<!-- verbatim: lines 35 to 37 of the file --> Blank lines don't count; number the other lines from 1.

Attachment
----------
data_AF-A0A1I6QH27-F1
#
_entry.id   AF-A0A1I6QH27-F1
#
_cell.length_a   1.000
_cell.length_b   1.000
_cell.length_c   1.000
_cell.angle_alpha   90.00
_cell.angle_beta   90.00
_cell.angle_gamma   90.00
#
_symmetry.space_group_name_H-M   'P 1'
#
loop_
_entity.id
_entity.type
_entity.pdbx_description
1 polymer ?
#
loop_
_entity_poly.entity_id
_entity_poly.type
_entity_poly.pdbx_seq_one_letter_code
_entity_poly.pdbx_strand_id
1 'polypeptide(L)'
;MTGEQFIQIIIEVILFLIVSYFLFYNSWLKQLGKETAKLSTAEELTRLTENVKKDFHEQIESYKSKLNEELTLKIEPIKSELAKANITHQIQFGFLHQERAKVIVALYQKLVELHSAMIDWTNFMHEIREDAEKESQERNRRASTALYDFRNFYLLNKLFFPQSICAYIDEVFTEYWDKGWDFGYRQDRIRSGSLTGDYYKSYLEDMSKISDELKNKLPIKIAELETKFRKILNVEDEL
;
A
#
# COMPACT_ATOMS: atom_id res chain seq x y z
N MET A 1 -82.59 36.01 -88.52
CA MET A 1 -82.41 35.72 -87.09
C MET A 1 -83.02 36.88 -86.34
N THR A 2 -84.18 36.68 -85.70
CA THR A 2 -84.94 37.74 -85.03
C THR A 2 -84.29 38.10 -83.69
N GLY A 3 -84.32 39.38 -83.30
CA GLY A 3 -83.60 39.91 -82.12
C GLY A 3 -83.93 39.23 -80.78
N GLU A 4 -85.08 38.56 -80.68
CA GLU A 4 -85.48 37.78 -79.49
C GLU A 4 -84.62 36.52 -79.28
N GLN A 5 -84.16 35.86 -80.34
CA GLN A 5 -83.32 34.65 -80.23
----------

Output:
CA THR A 2 -84.94 37.74 -85.03
C THR A 2 -84.29 38.10 -83.69
N GLY A 3 -84.32 39.38 -83.30